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Foreign ministers struggle to find common ground on Syrian conflict

Russia has been unmoving in its opposition to stronger action against the Assad regime, putting it at odds with the rest of the G8, meeting today in London, on how to resolve the Syrian conflict.

Peter Macdiarmid/AP
British Foreign Secretary William Hague, left, greets Russian Foreign Minister Sergey Lavrov at the G8 Foreign Ministers meeting at Lancaster House Thursday April 11, 2013 in London, England.

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Syria and North Korea top the agenda as foreign ministers from the Group of Eight industrialized nations meet today in London. While the G8 countries are united in their determination to dial down tensions on the Korean peninsula, how to respond to the Syrian conflict has proved much more divisive.

"There is no disagreement with the United States over North Korea," Russian Foreign Minister Sergei Lavrov said yesterday at a meeting with US Secretary of State John Kerry

But there are no signs of a policy shift that could bring a resolution to the Syrian conflict, which has been going on more than two years and has left more than 70,000 dead. Russia's opposition to stronger action against President Bashar al-Assad is widely viewed as a key obstacle to more collective action against the regime, a longtime Russian ally. A US official told Reuters that "there was no sign of any change in Moscow's stance on Syria."

Some members of the G8 – made up of the US, Britain, France, Germany, Italy, Japan, Canada, and Russia – met with members of the Syrian opposition on the sidelines of the talks yesterday. The Syrian National Coalition (SNC) appealed once again for weapons and humanitarian support for their fight against President Assad.

Mr. Kerry noted it was key for the opposition to become better organized, reports Reuters. The SNC has been plagued by internal divisions and a leadership that is often accused of being too far removed from opposition fighters on the ground. Its presence on the sidelines at this week’s gathering is an attempt to garner greater international legitimacy, security analyst Michael Stephens told Reuters.

"It shows there's a graduated process, where they went from laughing stock to being approved by the Arab League to being listened to by G8 leaders," Mr. Stephens said. "There's a groundswell of support that appears to be building up behind them."

However, evidence of links between some rebel factions and extremist groups like Al Qaeda in Iraq – which officially incorporated Syrian militant group Jabhat al-Nusra into its ranks this week – has deterred Western nations from arming the Syrian opposition, and is still stymieing some kinds of assistance, BBC reports. In late February, the US announced it would boost the size and scope of its aid to Syria, delivering nonlethal aid directly to rebels, but still refused to provide arms.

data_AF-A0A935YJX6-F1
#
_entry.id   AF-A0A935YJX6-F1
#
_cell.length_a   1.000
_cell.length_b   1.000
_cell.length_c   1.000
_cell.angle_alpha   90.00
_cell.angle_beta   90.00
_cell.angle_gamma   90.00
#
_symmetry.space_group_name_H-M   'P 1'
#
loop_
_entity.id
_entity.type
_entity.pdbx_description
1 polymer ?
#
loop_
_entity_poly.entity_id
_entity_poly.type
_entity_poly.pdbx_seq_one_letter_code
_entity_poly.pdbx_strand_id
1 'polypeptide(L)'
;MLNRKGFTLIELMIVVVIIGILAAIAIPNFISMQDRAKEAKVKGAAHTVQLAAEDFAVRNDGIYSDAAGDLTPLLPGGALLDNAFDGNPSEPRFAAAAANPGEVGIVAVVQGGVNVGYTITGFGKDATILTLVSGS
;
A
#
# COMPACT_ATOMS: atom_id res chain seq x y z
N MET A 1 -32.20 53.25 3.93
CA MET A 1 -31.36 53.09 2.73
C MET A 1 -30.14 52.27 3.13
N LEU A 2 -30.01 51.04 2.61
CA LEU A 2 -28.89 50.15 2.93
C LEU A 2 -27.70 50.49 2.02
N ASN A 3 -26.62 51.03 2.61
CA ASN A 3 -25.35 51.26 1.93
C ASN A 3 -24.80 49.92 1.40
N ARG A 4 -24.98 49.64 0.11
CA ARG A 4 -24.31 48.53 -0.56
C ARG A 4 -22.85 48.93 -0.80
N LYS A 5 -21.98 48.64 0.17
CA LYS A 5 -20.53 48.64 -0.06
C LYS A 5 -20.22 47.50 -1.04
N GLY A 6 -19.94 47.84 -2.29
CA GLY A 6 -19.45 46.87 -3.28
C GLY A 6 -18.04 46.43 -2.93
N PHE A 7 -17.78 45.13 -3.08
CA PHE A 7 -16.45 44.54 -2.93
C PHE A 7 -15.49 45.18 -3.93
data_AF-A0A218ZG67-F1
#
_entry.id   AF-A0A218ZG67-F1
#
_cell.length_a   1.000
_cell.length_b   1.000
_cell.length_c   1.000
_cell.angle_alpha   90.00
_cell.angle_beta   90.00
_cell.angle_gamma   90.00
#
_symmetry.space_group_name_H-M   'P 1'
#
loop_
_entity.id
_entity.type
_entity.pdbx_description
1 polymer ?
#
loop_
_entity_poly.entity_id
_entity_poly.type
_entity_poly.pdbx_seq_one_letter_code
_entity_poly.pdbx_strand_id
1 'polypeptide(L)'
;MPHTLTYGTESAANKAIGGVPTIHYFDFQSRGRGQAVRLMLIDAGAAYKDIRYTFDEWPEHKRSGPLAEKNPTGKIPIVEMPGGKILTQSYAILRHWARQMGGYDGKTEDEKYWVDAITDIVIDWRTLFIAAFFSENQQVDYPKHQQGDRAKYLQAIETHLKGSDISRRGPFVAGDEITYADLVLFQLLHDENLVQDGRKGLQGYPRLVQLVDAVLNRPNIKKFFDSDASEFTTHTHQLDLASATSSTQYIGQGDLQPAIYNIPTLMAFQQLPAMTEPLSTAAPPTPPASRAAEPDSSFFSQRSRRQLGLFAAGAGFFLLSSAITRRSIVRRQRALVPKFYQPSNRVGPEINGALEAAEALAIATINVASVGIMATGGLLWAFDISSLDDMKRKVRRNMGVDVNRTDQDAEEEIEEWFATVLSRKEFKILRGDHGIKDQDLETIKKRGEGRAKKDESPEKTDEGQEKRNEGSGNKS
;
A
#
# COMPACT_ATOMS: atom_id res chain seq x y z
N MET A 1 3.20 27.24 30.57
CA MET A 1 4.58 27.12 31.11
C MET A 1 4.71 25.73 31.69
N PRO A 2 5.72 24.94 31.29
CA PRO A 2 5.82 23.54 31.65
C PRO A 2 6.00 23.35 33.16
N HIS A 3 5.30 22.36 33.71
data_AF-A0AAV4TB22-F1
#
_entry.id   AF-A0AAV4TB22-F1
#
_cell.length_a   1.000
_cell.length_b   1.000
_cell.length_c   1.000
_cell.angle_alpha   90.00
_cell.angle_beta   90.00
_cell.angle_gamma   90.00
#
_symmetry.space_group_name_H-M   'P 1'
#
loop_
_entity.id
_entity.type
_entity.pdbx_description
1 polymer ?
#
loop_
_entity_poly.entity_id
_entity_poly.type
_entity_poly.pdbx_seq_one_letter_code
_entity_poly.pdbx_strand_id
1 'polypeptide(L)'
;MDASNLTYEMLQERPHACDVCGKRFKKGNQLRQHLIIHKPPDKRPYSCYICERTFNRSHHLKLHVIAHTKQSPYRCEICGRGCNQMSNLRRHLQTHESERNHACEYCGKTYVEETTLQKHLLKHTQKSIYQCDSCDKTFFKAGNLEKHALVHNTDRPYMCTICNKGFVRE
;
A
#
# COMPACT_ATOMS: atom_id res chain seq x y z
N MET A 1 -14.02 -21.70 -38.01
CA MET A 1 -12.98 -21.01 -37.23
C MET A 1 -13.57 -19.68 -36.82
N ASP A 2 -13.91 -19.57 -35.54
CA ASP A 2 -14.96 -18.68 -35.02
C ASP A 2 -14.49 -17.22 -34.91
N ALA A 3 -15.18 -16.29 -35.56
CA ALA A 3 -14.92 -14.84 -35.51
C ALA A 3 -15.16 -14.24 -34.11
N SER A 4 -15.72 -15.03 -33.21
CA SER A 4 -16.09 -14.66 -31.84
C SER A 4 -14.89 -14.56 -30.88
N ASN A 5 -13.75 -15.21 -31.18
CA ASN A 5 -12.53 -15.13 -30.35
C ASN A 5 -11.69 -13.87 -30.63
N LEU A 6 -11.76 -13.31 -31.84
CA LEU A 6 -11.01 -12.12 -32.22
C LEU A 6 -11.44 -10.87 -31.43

However, The New York Times reports that heading into the G8 talks, there were “signs that Britain and France were prepared to let the European Union arms embargo expire by the end of May so that they could increase their assistance [to Syria].”

“We certainly believe that it’s necessary to continue, if the situation continues to deteriorate, to increase the practical help we give to the Syrian opposition,” British Foreign Secretary William Hague said. “We think that as things stand today, there is going to be a very strong case for further amendments to the embargo or the lifting of the embargo.”

The New York Times reports that in Washington, President Obama has “agreed in principle” to further assist the military wing of the Syrian opposition.

“Our assistance has been on an upward trajectory, and the president has directed his national security team to identify additional measures so that we can increase assistance,” a senior administration official told The Times.

A report on the Syrian Air Force's operations, released yesterday by the New York-based rights group Human Rights Watch, highlights the disparity between the Syrian government and rebel forces. The report notes that more than 4,300 civilians have been killed by aerial attacks by the Air Force since July 2012.

"The aim of the airstrikes appears to be to terrorize civilians from the air, particularly in the opposition-controlled areas where they would otherwise be fairly safe from any effects of fighting," Human Rights Watch employee Ole Solvang told the Associated Press.

While the rebels have made major gains, they often cannot hold on to the territory because of the regime's superior air power. The continued threat from the air has also stalled efforts to effectively govern rebel-held areas, allowing opposition leaders from the Western-backed alliance only brief excursions into areas under rebel control.

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